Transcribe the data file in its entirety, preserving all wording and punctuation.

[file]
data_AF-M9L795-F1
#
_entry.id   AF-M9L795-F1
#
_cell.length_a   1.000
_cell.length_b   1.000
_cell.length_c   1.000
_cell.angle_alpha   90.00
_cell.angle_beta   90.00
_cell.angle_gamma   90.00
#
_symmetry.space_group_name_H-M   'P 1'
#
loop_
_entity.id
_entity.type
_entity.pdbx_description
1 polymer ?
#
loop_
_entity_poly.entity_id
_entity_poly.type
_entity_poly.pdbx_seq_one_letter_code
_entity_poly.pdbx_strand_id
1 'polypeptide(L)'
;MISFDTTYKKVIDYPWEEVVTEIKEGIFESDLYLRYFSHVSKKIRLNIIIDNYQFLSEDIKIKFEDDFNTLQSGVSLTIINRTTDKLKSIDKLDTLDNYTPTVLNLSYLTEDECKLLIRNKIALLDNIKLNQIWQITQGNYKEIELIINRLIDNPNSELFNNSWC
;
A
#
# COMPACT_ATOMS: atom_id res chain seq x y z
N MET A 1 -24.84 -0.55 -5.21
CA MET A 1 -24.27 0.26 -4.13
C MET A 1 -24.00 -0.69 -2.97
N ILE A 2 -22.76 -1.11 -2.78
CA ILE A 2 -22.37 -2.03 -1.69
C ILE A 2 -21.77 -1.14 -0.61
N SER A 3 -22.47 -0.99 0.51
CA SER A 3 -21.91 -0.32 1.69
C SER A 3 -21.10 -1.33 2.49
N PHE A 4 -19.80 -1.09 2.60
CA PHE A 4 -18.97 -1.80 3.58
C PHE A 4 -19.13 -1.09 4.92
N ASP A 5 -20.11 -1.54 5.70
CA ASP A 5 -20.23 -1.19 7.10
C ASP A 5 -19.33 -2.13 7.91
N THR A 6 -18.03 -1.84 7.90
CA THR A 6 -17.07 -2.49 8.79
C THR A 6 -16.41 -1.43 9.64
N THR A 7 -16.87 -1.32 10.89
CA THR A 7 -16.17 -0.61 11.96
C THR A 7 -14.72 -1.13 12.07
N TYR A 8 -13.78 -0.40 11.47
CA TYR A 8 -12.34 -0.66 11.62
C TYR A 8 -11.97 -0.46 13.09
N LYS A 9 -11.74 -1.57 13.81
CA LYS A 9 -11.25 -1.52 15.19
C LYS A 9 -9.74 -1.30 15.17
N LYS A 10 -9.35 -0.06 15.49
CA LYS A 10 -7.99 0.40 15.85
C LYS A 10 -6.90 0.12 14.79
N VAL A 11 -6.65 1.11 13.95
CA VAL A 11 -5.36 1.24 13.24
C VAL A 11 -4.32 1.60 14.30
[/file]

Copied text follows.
data_AF-M9L795-F1
#
_entry.id   AF-M9L795-F1
#
_cell.length_a   1.000
_cell.length_b   1.000
_cell.length_c   1.000
_cell.angle_alpha   90.00
_cell.angle_beta   90.00
_cell.angle_gamma   90.00
#
_symmetry.space_group_name_H-M   'P 1'
#
loop_
_entity.id
_entity.type
_entity.pdbx_description
1 polymer ?
#
loop_
_entity_poly.entity_id
_entity_poly.type
_entity_poly.pdbx_seq_one_letter_code
_entity_poly.pdbx_strand_id
1 'polypeptide(L)'
;MISFDTTYKKVIDYPWEEVVTEIKEGIFESDLYLRYFSHVSKKIRLNIIIDNYQFLSEDIKIKFEDDFNTLQSGVSLTIINRTTDKLKSIDKLDTLDNYTPTVLNLSYLTEDECKLLIRNKIALLDNIKLNQIWQITQGNYKEIELIINRLIDNPNSELFNNSWC
;
A
#
# COMPACT_ATOMS: atom_id res chain seq x y z
N MET A 1 -24.84 -0.55 -5.21
CA MET A 1 -24.27 0.26 -4.13
C MET A 1 -24.00 -0.69 -2.97
N ILE A 2 -22.76 -1.11 -2.78
CA ILE A 2 -22.37 -2.03 -1.69
C ILE A 2 -21.77 -1.14 -0.61
N SER A 3 -22.47 -0.99 0.51
CA SER A 3 -21.91 -0.32 1.69
C SER A 3 -21.10 -1.33 2.49
N PHE A 4 -19.80 -1.09 2.60
CA PHE A 4 -18.97 -1.80 3.58
C PHE A 4 -19.13 -1.09 4.92
N ASP A 5 -20.11 -1.54 5.70
CA ASP A 5 -20.23 -1.19 7.10
C ASP A 5 -19.33 -2.13 7.91
N THR A 6 -18.03 -1.84 7.90
CA THR A 6 -17.07 -2.49 8.79
C THR A 6 -16.41 -1.43 9.64
N THR A 7 -16.87 -1.32 10.89
CA THR A 7 -16.17 -0.61 11.96
C THR A 7 -14.72 -1.13 12.07
N TYR A 8 -13.78 -0.40 11.47
CA TYR A 8 -12.34 -0.66 11.62
C TYR A 8 -11.97 -0.46 13.09
N LYS A 9 -11.74 -1.57 13.81
CA LYS A 9 -11.25 -1.52 15.19
C LYS A 9 -9.74 -1.30 15.17
N LYS A 10 -9.35 -0.06 15.49
CA LYS A 10 -7.99 0.40 15.85
C LYS A 10 -6.90 0.12 14.79
N VAL A 11 -6.65 1.11 13.95
CA VAL A 11 -5.36 1.24 13.24
C VAL A 11 -4.32 1.60 14.30